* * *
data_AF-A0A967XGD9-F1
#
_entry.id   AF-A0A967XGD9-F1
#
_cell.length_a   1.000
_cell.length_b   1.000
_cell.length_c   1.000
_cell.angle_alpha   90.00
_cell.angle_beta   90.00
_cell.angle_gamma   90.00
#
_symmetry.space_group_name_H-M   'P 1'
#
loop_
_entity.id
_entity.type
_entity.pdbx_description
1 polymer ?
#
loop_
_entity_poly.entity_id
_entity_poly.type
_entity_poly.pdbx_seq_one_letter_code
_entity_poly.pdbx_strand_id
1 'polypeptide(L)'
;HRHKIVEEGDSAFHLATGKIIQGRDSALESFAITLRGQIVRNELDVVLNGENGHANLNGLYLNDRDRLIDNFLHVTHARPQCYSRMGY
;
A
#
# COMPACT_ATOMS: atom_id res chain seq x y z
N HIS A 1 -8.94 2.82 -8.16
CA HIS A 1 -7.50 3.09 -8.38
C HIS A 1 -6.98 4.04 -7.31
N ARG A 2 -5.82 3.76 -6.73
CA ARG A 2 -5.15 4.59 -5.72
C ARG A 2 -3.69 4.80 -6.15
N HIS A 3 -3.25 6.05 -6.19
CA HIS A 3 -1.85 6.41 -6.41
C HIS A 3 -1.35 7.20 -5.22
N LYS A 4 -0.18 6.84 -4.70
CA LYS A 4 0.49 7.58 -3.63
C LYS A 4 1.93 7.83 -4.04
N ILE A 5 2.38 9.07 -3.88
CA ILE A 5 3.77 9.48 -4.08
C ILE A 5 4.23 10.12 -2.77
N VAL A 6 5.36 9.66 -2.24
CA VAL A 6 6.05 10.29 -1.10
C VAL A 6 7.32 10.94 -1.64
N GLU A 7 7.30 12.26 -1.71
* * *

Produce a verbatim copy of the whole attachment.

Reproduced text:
data_AF-A0A967XGD9-F1
#
_entry.id   AF-A0A967XGD9-F1
#
_cell.length_a   1.000
_cell.length_b   1.000
_cell.length_c   1.000
_cell.angle_alpha   90.00
_cell.angle_beta   90.00
_cell.angle_gamma   90.00
#
_symmetry.space_group_name_H-M   'P 1'
#
loop_
_entity.id
_entity.type
_entity.pdbx_description
1 polymer ?
#
loop_
_entity_poly.entity_id
_entity_poly.type
_entity_poly.pdbx_seq_one_letter_code
_entity_poly.pdbx_strand_id
1 'polypeptide(L)'
;HRHKIVEEGDSAFHLATGKIIQGRDSALESFAITLRGQIVRNELDVVLNGENGHANLNGLYLNDRDRLIDNFLHVTHARPQCYSRMGY
;
A
#
# COMPACT_ATOMS: atom_id res chain seq x y z
N HIS A 1 -8.94 2.82 -8.16
CA HIS A 1 -7.50 3.09 -8.38
C HIS A 1 -6.98 4.04 -7.31
N ARG A 2 -5.82 3.76 -6.73
CA ARG A 2 -5.15 4.59 -5.72
C ARG A 2 -3.69 4.80 -6.15
N HIS A 3 -3.25 6.05 -6.19
CA HIS A 3 -1.85 6.41 -6.41
C HIS A 3 -1.35 7.20 -5.22
N LYS A 4 -0.18 6.84 -4.70
CA LYS A 4 0.49 7.58 -3.63
C LYS A 4 1.93 7.83 -4.04
N ILE A 5 2.38 9.07 -3.88
CA ILE A 5 3.77 9.48 -4.08
C ILE A 5 4.23 10.12 -2.77
N VAL A 6 5.36 9.66 -2.24
CA VAL A 6 6.05 10.29 -1.10
C VAL A 6 7.32 10.94 -1.64
N GLU A 7 7.30 12.26 -1.71